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Ich bin ein Berliner: why I've left you, England

It's not me, it's you.

Matt Hanley
16 October 2015
SchengenGrenzeBayern-Tirol.jpg

BlueMars/public domain

Dear England

I ought to let you know that I am slipping away from this scene of nightmare.

Though I made the decision to leave in May, I've been gone for six weeks or so now. I don't imagine you noticed; likely, my leaving was a tiny blip on your radar, unseen, slipping by your seething, broiling obsession with those coming the other way. What's one more exile to you? I'm somebody else's immigrant now.

I'm leaving you, England. I think it's best to get that in first, then we can go from there. I'm leaving you for Berlin. But this isn't about Berlin, or Germany, or the EU.

It's about us.

I've been wondering for a while where it all went wrong, trying to remember the exact moment or moments that would see us come to loathe each other so terribly.

Because, in the early days, when we first met, I think I really did love you.

And for so many, many reasons.

Back then, in the first flushes of youth, to me you were a country of exquisite optimism, of rebirth, a kaleidoscope of communities living for each other, a stern matriarch but whose gentle maternalism coaxes the best of us, a duopolostic dream of aspiration, fairness and ambition.

You taught me in those early years to grow through kindness, empathy and compassion. You taught me, at a tender age, that the greatest love and care that you show for others is reflected right back. That it was never about escaping where you were from. It was about taking your community with you.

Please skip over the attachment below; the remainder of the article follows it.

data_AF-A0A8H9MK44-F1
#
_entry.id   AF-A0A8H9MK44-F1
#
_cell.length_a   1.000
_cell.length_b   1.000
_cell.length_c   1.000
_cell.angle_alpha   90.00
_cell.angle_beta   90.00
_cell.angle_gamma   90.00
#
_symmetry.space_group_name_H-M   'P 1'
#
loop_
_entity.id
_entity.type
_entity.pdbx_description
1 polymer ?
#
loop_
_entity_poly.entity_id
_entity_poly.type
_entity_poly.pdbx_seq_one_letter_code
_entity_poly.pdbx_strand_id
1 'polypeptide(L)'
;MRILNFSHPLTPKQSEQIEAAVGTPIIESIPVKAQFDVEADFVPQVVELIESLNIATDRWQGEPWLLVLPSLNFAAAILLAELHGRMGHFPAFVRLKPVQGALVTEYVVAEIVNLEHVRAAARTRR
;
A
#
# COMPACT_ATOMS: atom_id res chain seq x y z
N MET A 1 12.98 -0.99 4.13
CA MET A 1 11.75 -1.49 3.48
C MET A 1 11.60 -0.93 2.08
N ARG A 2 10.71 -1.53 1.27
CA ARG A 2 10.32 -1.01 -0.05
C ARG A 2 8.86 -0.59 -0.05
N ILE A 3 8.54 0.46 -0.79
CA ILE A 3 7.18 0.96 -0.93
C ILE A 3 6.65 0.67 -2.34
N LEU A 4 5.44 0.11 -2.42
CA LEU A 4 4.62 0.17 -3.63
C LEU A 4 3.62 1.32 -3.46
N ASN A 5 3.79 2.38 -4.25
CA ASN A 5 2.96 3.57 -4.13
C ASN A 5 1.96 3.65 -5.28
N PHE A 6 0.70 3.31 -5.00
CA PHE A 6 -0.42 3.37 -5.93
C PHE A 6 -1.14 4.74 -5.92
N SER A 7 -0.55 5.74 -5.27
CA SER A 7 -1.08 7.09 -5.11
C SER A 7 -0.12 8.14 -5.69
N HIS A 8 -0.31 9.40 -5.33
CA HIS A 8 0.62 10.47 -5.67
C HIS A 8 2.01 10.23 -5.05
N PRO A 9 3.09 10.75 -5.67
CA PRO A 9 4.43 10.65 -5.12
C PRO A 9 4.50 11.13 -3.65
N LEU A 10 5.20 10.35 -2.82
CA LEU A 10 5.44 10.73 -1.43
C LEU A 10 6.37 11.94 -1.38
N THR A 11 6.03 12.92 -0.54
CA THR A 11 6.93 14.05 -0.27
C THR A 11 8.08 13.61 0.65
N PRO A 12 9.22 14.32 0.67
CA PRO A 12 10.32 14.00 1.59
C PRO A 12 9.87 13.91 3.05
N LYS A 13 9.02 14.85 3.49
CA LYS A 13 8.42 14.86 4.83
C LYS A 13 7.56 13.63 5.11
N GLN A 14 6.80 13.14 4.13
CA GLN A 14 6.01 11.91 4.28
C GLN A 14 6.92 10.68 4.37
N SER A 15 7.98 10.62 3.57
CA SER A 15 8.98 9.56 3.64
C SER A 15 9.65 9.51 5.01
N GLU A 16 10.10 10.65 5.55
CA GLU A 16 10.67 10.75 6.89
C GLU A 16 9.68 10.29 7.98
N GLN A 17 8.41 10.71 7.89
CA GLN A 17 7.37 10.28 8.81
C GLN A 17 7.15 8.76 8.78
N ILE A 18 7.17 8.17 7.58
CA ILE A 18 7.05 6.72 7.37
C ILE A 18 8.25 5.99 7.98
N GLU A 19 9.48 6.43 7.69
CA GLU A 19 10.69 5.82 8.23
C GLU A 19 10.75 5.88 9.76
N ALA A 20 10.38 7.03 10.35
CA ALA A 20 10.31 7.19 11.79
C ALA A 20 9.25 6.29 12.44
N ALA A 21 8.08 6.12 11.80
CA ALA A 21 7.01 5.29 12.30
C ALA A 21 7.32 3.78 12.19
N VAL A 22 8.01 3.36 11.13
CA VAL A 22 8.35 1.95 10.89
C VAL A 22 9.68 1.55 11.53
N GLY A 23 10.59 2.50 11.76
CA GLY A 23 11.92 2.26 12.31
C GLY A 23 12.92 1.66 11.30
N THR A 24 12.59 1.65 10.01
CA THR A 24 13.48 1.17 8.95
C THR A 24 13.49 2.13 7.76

And I believed in it. I really did.

I believed it, because I thought the love was mutual – that by working hard at our relationship we would grow together.

Onwards and upwards, our kid.

You spent 36 years telling me to be kind, to believe that all people are equal, to look out for those less fortunate. 

But all the while, you were growing cynical and bitter.

You see, of late, there's something terribly mean about you.

You can disguise it, dress it fancy-like with on-message slogans and focus-grouped soundbites. You can make us look the other way. For a time, at least.

But like the dread stare of a cruel man, the eyes give it away.

And those courageous enough to look harder recognise the dark, freezing mist swirling across the land; something truly, deeply terrifying.

Our children, the most helpless and vulnerable, living in poverty and condemned so early; our new-born dying in hospital at scandalous rates; our wonderful old folk, who gave their all for us, forgotten

All work and no play makes us exhausted and beaten.

Rickets and gout, those most common of afflictions of the Victorian poor, are back

Food banks are not normal.

Food banks are not normal, but one day soon, if we're not very careful, they will be. 

None of this normal. None of this has to be this way. We have become social pariahs to our neighbours, weird outriders of Europe, where everything is back to front and upside down and many suffer the unsparing consequences.

But this isn't an accident, is it?